Native American Artist Focuses Lens on Women’s Rights

Photo by Helen YuPhoto by Helen Yu
The Harvard Crimson
April 29, 2016
By Lena R. Episalla and Aziz B. Yakub

Native American artist Matika Wilbur addressed issues of cultural marginalization and the violation of women’s rights in indigenous populations through her photography exhibition at the Radcliffe Institute for Advanced Study on Thursday.

The Institute hosted the exhibition in partnership with the Harvard University Native American Program as part of Radcliffe’s Initiative on Native and Indigenous Peoples, a series of programming consisting of lectures, conferences, exhibitions, seminars, and archival research focused on the study of indigenous peoples.

Wilbur, a member of the Tulalip and Swinomish tribes in Washington state, is the creator of Project 562, a collection of her work from photographs of each of the then 562—now 566—federally recognized tribes in the United States. The Radcliffe exhibition, titled “Seeds of Culture: The Portraits and Stories of Native American Women,” is a hand-picked selection from the project focused on native and indigenous women in honor of Radcliffe’s historical affiliation with women.

“In our exhibition, the portraits and stories of Native American women are here to tell you their own stories,” Wilbur said. “Native women’s suffering and loss are part of the indigenous value that must be respected, it must be a concern to us all. I though, have found a treasure trove of knowledge, strength and vision.”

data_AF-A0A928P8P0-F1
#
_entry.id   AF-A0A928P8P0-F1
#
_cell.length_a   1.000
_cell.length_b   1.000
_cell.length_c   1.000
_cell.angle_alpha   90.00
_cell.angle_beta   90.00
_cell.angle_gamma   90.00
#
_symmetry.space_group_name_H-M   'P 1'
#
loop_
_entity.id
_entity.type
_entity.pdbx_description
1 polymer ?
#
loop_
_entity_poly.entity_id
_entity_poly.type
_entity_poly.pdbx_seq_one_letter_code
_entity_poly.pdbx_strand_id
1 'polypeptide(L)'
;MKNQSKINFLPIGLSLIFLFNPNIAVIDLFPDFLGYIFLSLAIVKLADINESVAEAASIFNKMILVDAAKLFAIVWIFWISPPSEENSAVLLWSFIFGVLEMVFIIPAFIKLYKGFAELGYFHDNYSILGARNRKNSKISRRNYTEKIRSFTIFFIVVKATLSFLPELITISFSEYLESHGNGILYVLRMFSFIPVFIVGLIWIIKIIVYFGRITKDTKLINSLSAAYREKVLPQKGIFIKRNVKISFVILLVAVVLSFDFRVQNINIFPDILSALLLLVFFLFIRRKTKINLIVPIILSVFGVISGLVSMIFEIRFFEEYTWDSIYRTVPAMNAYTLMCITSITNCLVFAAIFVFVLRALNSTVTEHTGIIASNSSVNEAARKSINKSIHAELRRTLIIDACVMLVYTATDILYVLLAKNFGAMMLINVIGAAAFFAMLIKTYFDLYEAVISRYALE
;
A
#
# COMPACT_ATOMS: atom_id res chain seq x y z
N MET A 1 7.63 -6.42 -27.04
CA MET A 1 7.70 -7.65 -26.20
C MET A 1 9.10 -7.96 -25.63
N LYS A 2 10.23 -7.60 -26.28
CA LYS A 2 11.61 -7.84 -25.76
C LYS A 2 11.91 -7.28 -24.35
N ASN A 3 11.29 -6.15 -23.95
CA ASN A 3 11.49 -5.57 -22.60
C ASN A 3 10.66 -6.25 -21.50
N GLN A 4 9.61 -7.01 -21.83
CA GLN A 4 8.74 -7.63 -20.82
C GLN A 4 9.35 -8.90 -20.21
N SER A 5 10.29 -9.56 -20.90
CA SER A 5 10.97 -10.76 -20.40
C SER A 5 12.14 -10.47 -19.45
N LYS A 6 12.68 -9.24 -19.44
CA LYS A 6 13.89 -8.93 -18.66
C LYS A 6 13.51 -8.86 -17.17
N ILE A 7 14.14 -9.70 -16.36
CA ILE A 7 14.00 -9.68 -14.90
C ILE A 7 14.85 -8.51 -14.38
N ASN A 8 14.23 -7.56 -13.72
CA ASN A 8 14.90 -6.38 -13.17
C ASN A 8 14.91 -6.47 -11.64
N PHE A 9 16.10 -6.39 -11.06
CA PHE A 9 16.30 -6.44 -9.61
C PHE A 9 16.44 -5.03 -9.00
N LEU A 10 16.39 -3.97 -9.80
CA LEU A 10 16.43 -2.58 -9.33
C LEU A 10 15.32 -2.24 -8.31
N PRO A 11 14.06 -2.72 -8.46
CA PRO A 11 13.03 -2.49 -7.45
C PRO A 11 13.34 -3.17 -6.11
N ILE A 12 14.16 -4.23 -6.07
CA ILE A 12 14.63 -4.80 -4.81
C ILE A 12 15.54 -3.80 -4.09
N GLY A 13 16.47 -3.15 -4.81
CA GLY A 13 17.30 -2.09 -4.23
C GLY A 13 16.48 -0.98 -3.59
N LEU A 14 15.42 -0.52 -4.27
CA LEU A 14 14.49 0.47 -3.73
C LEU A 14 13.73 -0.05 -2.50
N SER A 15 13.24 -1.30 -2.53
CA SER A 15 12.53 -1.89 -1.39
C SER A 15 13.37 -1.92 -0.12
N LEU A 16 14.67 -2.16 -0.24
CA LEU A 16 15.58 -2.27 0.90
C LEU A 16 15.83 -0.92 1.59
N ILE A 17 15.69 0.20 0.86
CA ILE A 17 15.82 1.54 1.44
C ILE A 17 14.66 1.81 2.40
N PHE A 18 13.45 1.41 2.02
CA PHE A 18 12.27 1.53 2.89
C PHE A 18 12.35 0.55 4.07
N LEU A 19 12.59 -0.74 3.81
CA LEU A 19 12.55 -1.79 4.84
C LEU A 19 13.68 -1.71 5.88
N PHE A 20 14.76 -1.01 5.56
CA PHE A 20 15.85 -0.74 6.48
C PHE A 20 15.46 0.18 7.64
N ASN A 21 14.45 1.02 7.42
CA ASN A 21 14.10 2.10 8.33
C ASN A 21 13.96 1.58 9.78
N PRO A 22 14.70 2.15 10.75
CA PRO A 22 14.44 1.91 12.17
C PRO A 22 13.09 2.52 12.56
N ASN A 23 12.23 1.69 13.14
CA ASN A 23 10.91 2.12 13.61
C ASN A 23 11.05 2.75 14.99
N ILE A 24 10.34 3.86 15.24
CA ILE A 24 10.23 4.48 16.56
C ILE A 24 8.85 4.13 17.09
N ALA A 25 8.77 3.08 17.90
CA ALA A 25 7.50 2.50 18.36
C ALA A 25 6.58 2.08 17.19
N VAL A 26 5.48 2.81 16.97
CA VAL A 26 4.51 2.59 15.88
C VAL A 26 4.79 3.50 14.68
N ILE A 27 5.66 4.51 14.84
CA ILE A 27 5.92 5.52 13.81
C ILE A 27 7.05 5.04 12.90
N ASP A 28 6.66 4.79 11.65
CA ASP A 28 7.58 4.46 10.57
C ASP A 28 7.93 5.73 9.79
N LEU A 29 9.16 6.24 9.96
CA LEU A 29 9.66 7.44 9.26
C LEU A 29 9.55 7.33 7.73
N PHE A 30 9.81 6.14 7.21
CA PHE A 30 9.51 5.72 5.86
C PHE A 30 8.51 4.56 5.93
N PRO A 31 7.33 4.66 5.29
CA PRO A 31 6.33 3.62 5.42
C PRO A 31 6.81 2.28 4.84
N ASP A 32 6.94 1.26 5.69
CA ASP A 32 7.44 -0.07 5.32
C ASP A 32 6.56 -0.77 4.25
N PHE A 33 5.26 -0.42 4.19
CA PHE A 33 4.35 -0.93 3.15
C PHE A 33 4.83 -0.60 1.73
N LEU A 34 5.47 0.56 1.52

Wilbur was inspired to begin her work on Project 562 to address the misrepresentation of Native Americans in American culture.

Yukio Lippit, a professor of History of Art and Architecture, lauded Wilbur’s work.

“She began to develop a monumental aspiration that has led to her work today to help develop a body of imagery and cultural representations of native peoples to counteract the relentlessly incipient, one-dimensional cultural stereotypes,” he said. “To create, in her own words, positive indigenous role models to do justice to the richness, diversity, and lived experiences of Indian country.”

Wilbur's project evolved to include the social injustice and resulting political and economic hardship she discovered throughout her travels to native communities, she said, pointing to what she described as the abuse and exploitation of indigenous women as a focal point of her exhibit.

“These experiences articulate our current socioeconomic situation. Native American women are the most victimized in the country,” Wilbur said, citing statistics that indicate high instances of sexual assault and domestic abuse among Native American women. “For most native women, it is not a question of if, but when.”

Wilbur also advocated for educational reform to combat the academic challenges endured by indigenous students. According to her, Native students also have a very high rate of dropping out of high school.

“It might be time to create nurturing environments for our Indian students to succeed,” she said.

Kostas Koutsioumpas, a Ph.D. student at the University of Massachusetts Boston, admired that Wilbur’s work not only addressed both the socio-political hardships native communities suffer but also conveyed their spirituality.

“Apart from integrating the cultural genocide that has been happening, it also integrates the ability to have a strong resilience and the empowerment of people who manage to keep their own identity,” Koutsioumpas said.

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